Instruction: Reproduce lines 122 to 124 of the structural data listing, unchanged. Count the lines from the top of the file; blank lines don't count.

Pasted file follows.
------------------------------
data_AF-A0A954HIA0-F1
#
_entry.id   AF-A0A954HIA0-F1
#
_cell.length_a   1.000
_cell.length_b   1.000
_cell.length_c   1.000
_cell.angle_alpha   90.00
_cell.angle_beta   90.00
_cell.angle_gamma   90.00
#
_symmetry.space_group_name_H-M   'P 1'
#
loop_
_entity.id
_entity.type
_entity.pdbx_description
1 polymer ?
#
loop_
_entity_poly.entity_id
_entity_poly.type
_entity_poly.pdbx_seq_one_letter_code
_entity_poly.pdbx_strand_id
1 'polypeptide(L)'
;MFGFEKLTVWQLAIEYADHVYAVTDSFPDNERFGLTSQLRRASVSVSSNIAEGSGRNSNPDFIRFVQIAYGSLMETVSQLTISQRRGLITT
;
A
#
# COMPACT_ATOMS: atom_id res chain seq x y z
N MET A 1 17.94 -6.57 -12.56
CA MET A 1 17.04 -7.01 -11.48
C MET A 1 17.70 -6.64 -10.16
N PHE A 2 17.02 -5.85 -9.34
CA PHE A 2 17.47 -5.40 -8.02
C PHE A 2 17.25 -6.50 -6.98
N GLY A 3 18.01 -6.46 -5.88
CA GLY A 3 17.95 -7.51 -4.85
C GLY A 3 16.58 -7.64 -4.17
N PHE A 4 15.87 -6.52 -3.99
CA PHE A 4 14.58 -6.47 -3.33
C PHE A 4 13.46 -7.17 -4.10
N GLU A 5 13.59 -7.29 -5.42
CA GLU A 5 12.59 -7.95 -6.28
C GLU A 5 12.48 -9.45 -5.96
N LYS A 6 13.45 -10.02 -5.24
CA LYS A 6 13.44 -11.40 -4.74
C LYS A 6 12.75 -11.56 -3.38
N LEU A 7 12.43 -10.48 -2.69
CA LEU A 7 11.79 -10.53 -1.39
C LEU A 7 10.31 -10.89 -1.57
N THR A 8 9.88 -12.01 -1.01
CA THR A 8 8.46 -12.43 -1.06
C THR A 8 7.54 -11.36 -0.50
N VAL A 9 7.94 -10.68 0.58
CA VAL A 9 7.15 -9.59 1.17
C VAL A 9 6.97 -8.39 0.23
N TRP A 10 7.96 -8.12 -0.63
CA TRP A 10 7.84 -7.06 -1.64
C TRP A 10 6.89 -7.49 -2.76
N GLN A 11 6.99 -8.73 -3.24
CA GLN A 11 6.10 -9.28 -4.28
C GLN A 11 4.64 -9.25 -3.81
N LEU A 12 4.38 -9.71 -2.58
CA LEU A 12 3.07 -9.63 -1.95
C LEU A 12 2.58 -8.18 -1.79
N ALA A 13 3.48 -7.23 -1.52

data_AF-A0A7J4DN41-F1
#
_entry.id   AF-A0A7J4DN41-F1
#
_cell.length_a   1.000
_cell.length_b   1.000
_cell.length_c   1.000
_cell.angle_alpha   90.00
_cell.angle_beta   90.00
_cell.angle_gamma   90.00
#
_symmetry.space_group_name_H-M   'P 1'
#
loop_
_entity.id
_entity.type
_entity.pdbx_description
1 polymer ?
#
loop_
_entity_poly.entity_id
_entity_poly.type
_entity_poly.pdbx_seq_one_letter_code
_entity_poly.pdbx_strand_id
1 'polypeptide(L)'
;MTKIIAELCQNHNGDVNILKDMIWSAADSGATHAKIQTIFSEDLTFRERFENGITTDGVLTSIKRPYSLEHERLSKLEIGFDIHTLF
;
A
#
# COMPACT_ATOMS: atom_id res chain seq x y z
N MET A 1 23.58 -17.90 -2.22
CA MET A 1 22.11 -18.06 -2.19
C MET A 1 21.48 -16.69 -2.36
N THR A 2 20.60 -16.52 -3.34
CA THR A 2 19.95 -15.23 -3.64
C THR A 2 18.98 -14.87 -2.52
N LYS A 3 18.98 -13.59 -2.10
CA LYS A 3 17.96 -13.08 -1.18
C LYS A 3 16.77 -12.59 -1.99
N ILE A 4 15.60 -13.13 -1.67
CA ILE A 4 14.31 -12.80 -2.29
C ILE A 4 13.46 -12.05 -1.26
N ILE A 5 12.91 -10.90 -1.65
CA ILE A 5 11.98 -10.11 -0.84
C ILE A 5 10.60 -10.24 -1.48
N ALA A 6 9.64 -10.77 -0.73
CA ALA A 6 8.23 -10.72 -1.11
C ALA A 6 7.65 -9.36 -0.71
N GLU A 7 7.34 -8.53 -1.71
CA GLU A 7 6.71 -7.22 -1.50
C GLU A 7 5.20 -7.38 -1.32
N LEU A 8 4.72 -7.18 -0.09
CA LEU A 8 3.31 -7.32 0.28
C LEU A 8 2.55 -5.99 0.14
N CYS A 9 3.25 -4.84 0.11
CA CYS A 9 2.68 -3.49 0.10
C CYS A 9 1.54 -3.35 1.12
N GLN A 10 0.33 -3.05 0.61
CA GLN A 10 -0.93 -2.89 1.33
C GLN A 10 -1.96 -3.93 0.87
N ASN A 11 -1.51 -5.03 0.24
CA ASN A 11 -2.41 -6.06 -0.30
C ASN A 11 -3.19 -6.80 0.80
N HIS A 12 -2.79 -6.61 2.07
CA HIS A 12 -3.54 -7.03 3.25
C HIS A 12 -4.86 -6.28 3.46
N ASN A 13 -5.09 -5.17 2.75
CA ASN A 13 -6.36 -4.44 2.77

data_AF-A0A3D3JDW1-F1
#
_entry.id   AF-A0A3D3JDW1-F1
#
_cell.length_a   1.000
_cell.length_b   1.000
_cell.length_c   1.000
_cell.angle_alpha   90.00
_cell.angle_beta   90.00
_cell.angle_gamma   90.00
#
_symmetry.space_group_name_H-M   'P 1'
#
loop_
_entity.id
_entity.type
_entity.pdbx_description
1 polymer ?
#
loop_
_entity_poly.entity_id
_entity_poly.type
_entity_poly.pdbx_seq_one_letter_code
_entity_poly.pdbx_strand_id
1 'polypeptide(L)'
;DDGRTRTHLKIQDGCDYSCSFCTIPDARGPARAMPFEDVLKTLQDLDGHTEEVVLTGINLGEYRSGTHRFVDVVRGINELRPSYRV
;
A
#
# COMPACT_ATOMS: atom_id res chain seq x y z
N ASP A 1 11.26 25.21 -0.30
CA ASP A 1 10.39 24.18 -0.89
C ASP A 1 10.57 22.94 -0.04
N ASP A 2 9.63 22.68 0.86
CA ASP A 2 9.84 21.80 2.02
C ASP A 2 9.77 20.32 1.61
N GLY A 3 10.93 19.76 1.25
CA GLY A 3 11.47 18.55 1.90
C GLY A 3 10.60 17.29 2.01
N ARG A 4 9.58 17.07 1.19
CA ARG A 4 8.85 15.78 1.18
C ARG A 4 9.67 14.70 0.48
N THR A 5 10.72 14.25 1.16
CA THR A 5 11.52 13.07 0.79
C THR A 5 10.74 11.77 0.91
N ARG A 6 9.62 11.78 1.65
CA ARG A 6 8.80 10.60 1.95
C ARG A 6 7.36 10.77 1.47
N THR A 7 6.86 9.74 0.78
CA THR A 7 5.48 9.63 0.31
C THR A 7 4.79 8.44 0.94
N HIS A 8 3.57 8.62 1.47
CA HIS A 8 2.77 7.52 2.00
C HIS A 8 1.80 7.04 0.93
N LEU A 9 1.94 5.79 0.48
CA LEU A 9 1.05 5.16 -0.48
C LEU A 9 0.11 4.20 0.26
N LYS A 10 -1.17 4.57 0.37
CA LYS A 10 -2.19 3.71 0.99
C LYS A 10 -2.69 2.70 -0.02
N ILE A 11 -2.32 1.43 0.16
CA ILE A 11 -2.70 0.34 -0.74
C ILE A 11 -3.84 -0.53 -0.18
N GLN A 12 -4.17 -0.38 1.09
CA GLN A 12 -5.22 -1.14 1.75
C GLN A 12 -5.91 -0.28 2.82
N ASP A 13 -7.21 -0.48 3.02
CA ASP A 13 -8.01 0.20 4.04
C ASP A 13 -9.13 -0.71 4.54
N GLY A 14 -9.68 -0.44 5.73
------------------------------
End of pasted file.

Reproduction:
N CYS A 9 3.25 -4.84 0.11
CA CYS A 9 2.68 -3.49 0.10
C CYS A 9 1.54 -3.35 1.12